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Keyboards for Gaming

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Pressing All the Right Buttons

steelseries7G_thumbThe standard keyboards that come with most computers, derived largely from layouts used on typewriters going all the way back to the 1800s, were never designed for gaming. Nevertheless, because most video games involve pushing buttons of some sort, keyboards have been adapted to the purpose quite well. Of course, there is always room for improvement, so manufacturers now offer a variety of keyboards tailored specifically to the needs of gamers.

A Keyboard is a Keyboard?
You'll hear it over and over at LAN parties and see it posted repeatedly on Internet forums: "A keyboard is a keyboard - go with a cheap one." People are much more willing to spend a little extra on a mouse than a keyboard, and those that are fussy about them tend to be more concerned about typing than playing games. Furthermore, a gaming keypad used in conjunction with your existing keyboard provides most of the advantages of a gaming keyboard at a lower cost.

Still, there are a number of things a specialized keyboard can do for gamers. As well as the usual array of media controls, they have extras such as dedicated programmable hotkeys, improved ergonomics, integrated gaming keypads and even LCD screens. Another thing to consider is that a good keyboard can serve you well for years and will likely outlast most of the other components in your game system.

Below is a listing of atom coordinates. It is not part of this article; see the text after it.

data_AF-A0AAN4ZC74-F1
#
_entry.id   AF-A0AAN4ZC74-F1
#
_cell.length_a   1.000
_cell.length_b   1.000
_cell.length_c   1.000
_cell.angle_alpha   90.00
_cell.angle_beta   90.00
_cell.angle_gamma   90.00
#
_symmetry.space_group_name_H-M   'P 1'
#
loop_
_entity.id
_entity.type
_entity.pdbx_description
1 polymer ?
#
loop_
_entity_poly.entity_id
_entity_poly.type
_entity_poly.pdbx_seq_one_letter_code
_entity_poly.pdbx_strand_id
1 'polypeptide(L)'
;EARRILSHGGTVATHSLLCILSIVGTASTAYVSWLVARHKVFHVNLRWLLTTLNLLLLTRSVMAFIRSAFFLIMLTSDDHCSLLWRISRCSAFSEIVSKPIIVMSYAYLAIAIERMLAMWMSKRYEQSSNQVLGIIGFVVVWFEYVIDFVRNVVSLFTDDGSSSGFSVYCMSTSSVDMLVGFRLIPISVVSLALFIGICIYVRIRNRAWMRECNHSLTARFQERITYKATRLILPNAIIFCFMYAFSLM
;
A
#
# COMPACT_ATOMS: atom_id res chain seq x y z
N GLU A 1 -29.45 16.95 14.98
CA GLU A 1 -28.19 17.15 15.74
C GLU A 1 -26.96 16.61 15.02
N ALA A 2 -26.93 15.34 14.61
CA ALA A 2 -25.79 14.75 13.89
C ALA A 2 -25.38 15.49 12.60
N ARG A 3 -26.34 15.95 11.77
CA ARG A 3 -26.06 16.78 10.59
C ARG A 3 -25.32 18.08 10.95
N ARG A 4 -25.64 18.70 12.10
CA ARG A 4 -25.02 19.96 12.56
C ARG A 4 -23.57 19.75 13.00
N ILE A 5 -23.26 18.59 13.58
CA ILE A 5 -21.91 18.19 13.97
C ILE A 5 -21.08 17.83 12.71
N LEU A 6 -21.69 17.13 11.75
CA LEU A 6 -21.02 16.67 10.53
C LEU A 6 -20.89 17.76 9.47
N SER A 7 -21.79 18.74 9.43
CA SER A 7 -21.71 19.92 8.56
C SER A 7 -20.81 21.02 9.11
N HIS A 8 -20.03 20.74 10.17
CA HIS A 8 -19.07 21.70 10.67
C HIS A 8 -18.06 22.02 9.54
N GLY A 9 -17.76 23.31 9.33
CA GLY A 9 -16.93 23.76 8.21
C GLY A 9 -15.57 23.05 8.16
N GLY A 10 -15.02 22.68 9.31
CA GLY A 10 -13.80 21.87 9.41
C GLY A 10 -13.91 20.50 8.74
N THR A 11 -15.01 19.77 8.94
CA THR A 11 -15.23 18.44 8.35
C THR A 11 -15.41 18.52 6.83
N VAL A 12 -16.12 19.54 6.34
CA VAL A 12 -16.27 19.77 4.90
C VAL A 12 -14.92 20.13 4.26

Personal preference plays a large role in choosing a keyboard, and there are many people who will never part with their ancient IBM "buckling spring" models, clones of which have been making a comeback recently. Although I have several newer keyboards lying around, I'm partial to a very old Fujitsu with a DIN connector, just because the membrane underneath the keys feels lighter to the touch - perhaps from years of use.

Key Technology
The vast majority of the keyboards on the market today use "dome-switches." These consist of a rubber membrane that is molded into a dome underneath each key, and a contact on the underside of the dome completes a circuit when the key is pressed. The early IBM keyboards many still cling to use a coil spring under each key, which creates a distinct feel and makes an unmistakable clicking sound. Unicomp continues to manufacture keyboards using this technology. Some high-end keyboards use mechanical switches that are extremely durable and built to endure tens of millions of keystrokes.

Let's have a look at some of the latest keyboards promising to improve your gaming experience.

Logitech G19 Gaming Keyboard (www.logitech.com) $200
Logitech_G19web_thumbLogitech has had considerable success designing mice for gamers, so they are now targeting the same market with keyboards and even keypads. Featuring an integrated 320x240 GamePanel color display, the G19 is their premium offering. The display is quite versatile and can be configured to show you system information, your VOIP window, game statistics or even game maps in games that support GamePanel. An array of hotkeys on the left side can be used to record macros on the fly, and it has handy media controls and USB ports. You will also have to deal with yet another power cord, and let's face it, $200 is an almost ridiculous amount to spend on a keyboard - a second full-size monitor could be added to your system for that kind of money. By comparison, the Logitech G11 has no LCD, but it has more hotkeys, and sells for just $70.

SteelSeries 7G Keyboard (www.steelseries.com) $150